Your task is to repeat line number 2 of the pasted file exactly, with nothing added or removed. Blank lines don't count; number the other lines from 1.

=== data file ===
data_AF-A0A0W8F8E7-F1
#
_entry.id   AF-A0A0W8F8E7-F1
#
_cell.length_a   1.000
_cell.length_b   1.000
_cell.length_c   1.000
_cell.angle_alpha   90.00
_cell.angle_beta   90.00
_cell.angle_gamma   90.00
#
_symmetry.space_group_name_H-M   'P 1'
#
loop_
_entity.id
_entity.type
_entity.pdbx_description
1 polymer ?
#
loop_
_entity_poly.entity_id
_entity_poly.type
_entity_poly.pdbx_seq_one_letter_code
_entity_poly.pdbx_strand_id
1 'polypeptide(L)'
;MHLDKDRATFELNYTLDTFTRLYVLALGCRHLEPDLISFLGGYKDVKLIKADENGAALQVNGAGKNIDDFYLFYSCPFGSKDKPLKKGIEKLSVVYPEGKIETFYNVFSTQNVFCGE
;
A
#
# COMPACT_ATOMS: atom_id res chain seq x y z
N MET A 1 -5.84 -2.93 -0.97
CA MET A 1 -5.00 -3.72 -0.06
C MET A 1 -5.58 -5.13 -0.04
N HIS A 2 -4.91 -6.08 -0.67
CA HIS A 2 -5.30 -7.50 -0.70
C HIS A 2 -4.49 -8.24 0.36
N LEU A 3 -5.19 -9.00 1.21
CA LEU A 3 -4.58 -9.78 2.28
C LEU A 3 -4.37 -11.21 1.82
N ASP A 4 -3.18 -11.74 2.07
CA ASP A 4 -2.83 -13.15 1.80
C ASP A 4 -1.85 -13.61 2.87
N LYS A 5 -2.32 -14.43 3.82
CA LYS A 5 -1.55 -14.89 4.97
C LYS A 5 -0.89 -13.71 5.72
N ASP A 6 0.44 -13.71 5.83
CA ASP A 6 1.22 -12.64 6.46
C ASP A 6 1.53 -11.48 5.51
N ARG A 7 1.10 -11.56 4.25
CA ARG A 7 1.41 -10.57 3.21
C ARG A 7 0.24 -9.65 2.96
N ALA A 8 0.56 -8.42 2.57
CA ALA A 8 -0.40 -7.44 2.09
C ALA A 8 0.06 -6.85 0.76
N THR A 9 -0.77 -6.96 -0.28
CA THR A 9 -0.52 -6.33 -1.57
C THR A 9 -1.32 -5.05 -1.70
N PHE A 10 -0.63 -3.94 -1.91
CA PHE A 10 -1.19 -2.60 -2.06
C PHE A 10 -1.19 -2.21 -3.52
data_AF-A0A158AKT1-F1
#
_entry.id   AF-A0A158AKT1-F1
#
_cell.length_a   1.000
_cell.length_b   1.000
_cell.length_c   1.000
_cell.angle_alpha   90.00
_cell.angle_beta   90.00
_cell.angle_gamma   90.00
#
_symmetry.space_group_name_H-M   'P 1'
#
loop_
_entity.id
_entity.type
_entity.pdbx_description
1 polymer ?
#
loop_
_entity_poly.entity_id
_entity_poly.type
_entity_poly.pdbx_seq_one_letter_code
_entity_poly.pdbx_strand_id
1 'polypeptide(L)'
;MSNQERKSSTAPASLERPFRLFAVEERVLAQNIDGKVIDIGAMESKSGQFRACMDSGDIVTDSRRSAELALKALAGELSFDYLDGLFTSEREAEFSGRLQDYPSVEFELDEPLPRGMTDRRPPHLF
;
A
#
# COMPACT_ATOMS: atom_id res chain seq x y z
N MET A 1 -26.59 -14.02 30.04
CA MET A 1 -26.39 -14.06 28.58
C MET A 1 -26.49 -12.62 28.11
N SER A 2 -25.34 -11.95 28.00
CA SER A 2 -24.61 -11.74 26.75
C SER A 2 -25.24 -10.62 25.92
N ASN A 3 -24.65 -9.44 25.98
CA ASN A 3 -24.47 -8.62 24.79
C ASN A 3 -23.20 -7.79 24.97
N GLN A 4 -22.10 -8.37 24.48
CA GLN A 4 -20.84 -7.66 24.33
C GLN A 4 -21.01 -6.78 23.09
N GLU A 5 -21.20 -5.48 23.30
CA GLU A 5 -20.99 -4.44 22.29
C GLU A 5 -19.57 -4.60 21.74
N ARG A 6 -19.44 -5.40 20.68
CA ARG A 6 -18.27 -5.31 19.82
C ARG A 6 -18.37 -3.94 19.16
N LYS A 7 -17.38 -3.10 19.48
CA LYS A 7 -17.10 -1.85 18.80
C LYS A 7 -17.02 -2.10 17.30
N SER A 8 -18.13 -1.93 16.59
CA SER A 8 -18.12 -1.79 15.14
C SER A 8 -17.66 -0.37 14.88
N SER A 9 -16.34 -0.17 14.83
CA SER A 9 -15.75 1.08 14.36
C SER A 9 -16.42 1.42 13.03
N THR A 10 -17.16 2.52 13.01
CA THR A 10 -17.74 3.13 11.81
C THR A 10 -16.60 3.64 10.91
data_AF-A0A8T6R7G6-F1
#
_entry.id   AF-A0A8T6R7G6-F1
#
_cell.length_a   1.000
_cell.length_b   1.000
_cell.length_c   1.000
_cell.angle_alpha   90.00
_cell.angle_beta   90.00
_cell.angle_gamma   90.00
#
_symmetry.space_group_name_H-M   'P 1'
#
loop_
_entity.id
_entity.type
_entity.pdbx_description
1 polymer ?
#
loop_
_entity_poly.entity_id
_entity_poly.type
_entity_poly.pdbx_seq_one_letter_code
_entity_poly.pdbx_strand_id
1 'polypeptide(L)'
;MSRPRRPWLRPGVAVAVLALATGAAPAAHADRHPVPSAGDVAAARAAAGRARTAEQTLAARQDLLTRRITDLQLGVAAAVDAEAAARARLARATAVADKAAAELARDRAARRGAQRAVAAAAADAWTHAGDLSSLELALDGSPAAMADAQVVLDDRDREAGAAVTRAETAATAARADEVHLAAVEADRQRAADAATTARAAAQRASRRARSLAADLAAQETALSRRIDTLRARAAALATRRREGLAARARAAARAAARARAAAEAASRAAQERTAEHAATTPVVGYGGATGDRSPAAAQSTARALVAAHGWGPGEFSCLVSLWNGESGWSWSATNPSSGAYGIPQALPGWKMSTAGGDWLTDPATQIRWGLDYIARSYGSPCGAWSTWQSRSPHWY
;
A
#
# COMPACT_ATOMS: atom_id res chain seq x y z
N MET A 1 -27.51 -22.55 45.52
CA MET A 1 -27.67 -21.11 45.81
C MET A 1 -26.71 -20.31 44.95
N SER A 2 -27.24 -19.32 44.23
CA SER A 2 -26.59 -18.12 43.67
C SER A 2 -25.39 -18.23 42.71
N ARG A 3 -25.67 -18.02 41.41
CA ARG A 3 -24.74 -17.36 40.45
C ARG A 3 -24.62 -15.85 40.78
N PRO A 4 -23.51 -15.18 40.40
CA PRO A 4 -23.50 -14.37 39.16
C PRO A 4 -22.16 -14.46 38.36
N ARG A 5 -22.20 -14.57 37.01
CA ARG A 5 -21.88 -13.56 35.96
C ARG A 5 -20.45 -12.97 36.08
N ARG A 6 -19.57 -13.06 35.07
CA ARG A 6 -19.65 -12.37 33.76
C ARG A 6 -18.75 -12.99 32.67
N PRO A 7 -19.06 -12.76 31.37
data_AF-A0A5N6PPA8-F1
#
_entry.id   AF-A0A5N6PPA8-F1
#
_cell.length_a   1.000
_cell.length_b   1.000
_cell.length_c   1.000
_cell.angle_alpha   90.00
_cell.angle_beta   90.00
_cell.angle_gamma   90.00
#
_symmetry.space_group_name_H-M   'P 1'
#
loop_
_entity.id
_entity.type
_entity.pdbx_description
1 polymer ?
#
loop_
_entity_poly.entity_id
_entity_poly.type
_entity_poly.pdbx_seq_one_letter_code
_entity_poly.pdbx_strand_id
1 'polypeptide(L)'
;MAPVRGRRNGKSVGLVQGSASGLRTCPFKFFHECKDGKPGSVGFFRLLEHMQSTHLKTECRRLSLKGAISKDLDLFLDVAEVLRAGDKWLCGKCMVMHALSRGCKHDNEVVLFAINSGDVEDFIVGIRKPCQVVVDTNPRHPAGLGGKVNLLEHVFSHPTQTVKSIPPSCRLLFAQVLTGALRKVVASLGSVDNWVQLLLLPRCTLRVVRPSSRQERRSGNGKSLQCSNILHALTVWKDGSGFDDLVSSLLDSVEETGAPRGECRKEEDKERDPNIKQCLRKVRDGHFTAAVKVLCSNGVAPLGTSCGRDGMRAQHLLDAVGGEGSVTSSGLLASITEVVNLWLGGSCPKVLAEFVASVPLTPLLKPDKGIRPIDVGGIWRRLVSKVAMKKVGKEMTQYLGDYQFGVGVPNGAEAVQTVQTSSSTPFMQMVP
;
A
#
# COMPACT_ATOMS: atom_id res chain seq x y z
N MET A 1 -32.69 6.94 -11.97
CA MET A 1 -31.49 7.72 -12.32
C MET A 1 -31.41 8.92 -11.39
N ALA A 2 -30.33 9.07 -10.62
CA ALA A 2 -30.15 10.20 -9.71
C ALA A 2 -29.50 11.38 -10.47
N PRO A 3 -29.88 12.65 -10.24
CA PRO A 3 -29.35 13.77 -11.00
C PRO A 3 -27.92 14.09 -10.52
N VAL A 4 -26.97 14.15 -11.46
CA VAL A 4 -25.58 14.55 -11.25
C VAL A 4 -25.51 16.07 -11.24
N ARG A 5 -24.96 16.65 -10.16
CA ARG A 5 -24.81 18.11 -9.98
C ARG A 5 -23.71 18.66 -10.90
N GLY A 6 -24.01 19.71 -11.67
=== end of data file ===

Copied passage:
#